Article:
There is always resistance by end users to go the metadata route instead of using sub-folders in their document libraries. Their arguments for staying with sub-folders have some validity when it comes to resistance to change though. People don’t like to change. Changing from sub-folders to metadata is like changing jobs.
When you’ve been with a company for a long time, you get used to them; you get comfortable with them, (file shares with sub-folders). You don’t even realize how they have completely shaped the way you think and act. It doesn’t matter that you aren’t even seen as a person anymore, you know how to buck the system and you have your own private systems in place (can’t find a sub-folder, just make your own). No-one really watches what you do anymore, no-one really cares. You’re inside the company walls (got access to file shares), the fact there is utter chaos on the floors is immaterial, (you can never find anything first time); they’re making money anyway.
But because you’ve been with your company for 10 or 20 or 30 years – you don’t know any different. You’ve never been taught a new way of thinking, you’ve never been encouraged to think for yourself or innovatively – you’re a sheep, institutionalized. (I am generalizing of course, but I’ve seen this happen often). You have no idea what’s going on ‘out there’ and don’t know that you have options. You stay where you are because it’s ‘safe’, you don’t have to think. It’s done for you.
So one day you decide to be brave and get a new job, (metadata). It’s terrifying, you don’t know anybody, you don’t know anything. Everyone is running around with energy and thinking out of the box (creating views). Even more scary is how everyone seems to be smiling a lot and cheerful – that’s because they have found a new and exciting way to work more efficiently. Work has become play, SharePoint has transformed their world.
After a week the new company’s strange ways are still completely alien to you and you think you’ve made a mistake, you must immediately run back to your sub-folders. But you haven’t even given it a chance. You’re sure they’re all barking mad and insist that sub-folders are the way to go. They in turn look at you like you are barking mad and gently sit you down to explain how it works and show you how to do it.
You go back to your desk and tentatively try your newly acquired skill. You’re still not convinced and you don’t have time to teach anyone anything, you’re too busy. But suddenly the penny drops and you find a way to apply your new skill yourself. A big grin appears on your face and you have to admit that while it may not solve every case every time, this time it’s pretty darn cool.
So you start to relax a little, you learn to smile too. You make a new friend (SharePoint) at the company and you’ve found like-minded people that are only too happy to help, so you decide to give it a chance. You still have a use for your old company (file shares), you made many friends there (sub-folders) and it gave you a base from which to grow. You just archive that information for now. Your time there gave you the opportunity to learn about business and with your newly acquired SharePoint skills, you’re ready to conquer your new world.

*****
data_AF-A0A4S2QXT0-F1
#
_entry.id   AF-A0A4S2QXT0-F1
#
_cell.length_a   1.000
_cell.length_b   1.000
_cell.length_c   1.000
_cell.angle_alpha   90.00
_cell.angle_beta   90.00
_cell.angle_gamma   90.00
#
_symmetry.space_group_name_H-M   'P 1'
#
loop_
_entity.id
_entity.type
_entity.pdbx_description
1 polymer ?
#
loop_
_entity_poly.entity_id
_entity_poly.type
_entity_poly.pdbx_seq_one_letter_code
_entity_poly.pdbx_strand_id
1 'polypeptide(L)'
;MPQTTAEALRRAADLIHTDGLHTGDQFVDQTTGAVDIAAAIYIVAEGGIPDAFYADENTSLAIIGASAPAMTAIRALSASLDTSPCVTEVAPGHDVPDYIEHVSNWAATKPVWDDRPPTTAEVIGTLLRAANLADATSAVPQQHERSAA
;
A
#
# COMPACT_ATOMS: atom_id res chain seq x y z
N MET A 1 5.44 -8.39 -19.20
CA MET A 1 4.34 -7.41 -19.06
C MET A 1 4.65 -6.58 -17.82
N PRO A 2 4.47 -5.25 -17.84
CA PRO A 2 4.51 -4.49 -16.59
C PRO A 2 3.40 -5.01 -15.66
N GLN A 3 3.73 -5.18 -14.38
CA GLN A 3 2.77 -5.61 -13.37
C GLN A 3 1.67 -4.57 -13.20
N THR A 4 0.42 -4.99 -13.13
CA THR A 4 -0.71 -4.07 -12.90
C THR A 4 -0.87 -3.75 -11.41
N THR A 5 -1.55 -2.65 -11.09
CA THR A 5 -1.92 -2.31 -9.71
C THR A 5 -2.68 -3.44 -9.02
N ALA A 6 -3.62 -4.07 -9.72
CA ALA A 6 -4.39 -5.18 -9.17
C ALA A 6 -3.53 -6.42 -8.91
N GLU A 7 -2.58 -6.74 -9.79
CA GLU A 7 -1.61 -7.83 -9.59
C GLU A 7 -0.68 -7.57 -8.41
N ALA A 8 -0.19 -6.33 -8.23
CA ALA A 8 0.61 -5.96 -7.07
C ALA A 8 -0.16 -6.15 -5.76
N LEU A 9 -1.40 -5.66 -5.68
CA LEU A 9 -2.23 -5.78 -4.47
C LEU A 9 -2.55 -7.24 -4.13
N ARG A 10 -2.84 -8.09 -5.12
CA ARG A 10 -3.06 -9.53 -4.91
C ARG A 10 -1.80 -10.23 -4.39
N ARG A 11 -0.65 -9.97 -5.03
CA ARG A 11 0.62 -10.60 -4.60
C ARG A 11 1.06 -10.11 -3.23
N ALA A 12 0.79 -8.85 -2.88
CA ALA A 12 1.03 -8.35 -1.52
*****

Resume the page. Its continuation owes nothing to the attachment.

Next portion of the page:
As your skills grow, you think of new ways to work with your information and before you know it, you’re using wikis and custom lists to replace single documents in sub-folders as well as using metadata! Your team love you because your enthusiasm is rubbing off on them and you’re encouraging them to think for themselves. Your boss loves you because you getting your job done quicker and more efficiently. Everybody wins, life is good and your naturally innovative personality is thriving!
The point is, it is scary and I’m not saying it’s easy – but just give it a chance, there are lots of people ready to help you. You don’t know what you’re missing. The choice is still ultimately yours and you can go back to sub-folders any time you want.
Read a discussion on LinkedIn for more info on the pros and cons of sub-folders.
[…] Sub-folders vs Metadata – a Story About Resistance and Changing Jobs December 2009 3 comments […]
Thanks for the feedback.
Thanks Mr F. 🙂
I guess you can accomodate all by simply using views (show files outside of folders).
This way you (A) get the users to fill in the metadata using the content types and (B) still allow them to have their comfort with the folder structure.
As the files are tagged the ECM strategists will be happy as they can aggregate, plan for retention etc and the people afraid of change can happily put the documents in their folders.